Employee Absenteeism: A Review of the Literature
Iowa State University USAJournal of Vocational Behavior (Impact Factor: 2.59). 06/1977; 10(3):316-340. DOI: 10.1016/0001-8791(77)90066-5
The purpose of this paper is to review the literature on employee absenteeism as a form of withdrawal behavior apart from turnover. Studies examining the psychometric properties of absence measures are reviewed, along with the relationship between absenteeism and personal, attitudinal, and organizational variables. Studies exploring the relationship between absenteeism and turnover are examined according to the unit of analysis studied in the research. Programmatic efforts to reduce employee absenteeism are also reviewed. Throughout the paper emphasis is placed on the indices used by investigators to measure absenteeism, and the problems that have arisen in the literature through the use of multiple indicators of absenteeism. The review concludes with suggestions for research that are of both theoretical and practical concern.
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ABSTRACT: The concepts of organizational identification and team identification have been researched heavily over the last half-century. However, scholars have failed to specifically examine organizational identification among sport employees. We develop a theoretical framework of organizational identification of sport employees, coined Sport Employee Identification (SEI). We conceptualize SEI as an amalgamation of organizational identification and team identification in which sport employees are both external (fans) and internal (employee) members of the sport organization. The development of the SEI model is based on related theory and further ethnographic data are collected over a four-month period within an intercollegiate athletics fundraising department. Implications for scholars and practitioners and avenues for future research are discussed.Sport Management Review 03/2015; DOI:10.1016/j.smr.2015.02.002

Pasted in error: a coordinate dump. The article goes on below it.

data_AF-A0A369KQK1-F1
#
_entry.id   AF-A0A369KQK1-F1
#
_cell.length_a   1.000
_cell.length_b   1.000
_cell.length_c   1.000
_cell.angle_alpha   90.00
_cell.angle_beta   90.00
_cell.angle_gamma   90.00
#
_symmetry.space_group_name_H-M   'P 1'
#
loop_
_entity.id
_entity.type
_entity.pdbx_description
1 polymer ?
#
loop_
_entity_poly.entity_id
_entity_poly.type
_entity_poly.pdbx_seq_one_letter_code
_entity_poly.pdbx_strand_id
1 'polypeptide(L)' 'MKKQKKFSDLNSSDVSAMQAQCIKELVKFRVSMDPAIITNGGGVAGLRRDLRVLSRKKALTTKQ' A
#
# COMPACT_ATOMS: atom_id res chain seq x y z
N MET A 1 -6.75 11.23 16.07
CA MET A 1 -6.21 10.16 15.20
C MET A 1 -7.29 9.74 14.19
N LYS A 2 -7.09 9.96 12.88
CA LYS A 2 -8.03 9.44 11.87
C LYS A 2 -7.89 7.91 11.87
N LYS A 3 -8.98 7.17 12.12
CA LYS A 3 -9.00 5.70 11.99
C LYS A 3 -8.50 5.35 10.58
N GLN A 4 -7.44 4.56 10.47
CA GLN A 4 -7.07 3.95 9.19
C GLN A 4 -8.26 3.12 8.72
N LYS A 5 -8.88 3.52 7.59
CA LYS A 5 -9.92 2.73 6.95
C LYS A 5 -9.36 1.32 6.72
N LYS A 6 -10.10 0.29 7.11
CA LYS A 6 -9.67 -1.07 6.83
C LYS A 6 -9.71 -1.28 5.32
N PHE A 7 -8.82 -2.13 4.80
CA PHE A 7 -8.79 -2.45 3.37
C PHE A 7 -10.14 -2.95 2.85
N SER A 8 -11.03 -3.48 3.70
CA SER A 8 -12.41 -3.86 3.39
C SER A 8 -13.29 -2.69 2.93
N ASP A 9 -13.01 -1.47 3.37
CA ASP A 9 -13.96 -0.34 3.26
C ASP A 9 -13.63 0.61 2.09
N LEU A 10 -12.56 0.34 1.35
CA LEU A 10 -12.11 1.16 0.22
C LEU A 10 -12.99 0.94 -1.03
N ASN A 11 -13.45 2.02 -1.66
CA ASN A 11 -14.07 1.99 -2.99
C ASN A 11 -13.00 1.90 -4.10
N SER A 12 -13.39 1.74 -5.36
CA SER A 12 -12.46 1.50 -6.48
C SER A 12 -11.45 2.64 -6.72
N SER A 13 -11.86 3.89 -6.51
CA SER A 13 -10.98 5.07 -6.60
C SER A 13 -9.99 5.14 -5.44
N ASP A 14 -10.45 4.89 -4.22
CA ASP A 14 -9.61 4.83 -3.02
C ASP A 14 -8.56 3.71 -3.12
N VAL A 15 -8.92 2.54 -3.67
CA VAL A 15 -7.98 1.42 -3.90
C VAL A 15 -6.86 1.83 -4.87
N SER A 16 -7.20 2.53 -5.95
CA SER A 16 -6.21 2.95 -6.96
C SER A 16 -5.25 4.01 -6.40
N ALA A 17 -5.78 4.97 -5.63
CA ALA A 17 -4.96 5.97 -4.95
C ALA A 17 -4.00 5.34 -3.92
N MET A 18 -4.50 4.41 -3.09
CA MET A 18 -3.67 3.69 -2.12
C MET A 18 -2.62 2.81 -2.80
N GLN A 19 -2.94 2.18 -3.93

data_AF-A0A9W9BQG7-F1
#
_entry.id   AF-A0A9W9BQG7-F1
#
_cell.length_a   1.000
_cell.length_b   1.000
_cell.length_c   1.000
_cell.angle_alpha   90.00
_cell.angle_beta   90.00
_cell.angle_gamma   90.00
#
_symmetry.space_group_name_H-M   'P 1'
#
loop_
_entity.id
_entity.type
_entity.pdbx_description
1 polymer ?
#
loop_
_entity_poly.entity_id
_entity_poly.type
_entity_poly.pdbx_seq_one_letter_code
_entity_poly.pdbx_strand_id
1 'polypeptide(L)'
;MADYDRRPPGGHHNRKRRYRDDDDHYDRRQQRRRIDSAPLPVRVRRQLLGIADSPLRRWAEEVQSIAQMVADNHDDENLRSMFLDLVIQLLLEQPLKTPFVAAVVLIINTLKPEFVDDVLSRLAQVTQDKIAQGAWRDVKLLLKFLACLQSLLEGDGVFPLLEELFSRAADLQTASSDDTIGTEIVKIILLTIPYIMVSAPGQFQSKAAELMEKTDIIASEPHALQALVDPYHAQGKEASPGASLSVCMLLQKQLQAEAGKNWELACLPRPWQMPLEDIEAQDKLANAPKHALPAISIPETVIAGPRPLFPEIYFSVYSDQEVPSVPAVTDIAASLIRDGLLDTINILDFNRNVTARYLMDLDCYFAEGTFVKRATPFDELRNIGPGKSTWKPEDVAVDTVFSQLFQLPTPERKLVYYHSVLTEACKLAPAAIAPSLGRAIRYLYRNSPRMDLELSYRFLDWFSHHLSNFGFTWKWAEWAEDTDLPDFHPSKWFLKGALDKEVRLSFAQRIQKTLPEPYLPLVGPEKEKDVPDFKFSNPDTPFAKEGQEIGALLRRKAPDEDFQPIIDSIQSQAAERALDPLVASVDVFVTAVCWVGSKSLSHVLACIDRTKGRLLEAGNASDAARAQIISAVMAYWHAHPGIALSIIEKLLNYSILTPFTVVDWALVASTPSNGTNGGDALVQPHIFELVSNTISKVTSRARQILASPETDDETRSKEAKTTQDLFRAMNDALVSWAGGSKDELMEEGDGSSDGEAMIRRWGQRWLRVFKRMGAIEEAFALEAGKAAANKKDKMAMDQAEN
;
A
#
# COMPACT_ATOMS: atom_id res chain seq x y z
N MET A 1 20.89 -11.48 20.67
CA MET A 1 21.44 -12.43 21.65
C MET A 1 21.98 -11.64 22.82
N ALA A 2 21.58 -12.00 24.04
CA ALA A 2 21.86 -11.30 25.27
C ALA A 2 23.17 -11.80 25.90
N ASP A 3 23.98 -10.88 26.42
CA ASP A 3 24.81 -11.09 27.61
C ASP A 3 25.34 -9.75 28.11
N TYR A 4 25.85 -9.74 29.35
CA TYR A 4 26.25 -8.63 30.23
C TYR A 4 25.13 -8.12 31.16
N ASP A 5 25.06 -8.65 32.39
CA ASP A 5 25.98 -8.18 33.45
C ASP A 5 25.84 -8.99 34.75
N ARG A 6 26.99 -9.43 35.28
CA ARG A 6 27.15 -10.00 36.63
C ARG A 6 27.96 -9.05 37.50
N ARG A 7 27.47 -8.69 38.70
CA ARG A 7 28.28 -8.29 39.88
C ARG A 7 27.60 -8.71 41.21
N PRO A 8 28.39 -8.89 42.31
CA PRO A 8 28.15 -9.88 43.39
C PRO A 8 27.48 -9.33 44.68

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- "In this research, the consequences of absenteeism on the quality of products is measured. Many researchers consider that absenteeism is an important problem for employers (Allen, 1983; Hackett, 1989; Hackett & Guion, 1985; Inman, Jordan, & Blumenfeld, 2004; Lyons, 1972; Muchinsky, 1977; Pinker & Shumsky 2000; Steel & Rentsch, 1995). Inman et al. consider that assembly lines require the presence and training of every worker. "
ABSTRACT: Absenteeism among manual workers is without doubt one of the most significant factors that affect the functioning of assembly lines. It is a widely held view that high levels of absenteeism have negative repercussions on the quality and costs of operations. According to the scientific theory of work, workers who temporarily stand in for their absent colleagues affect production quality levels because of a lack of work specialization and experience. However, new and sophisticated automation can eliminate the effect of absenteeism on assembly line production. This article gathered more than 960,000 products produced by different levels of absenteeism. The effects of absenteeism on the quality of products in assembly lines over the course of one year were analyzed. In contrast to established thinking, the empirical evidence presented here confirms that absenteeism does not always produce problems in the quality of products. This evidence can be explained by the need for specialization among manual workers has been reduced by the invention of more sophisticated and specialized machinery. © 2007 Wiley Periodicals, Inc.Human Factors and Ergonomics in Manufacturing 01/2008; 18(1):49 - 69. DOI:10.1002/hfm.20095 · 0.86 Impact Factor
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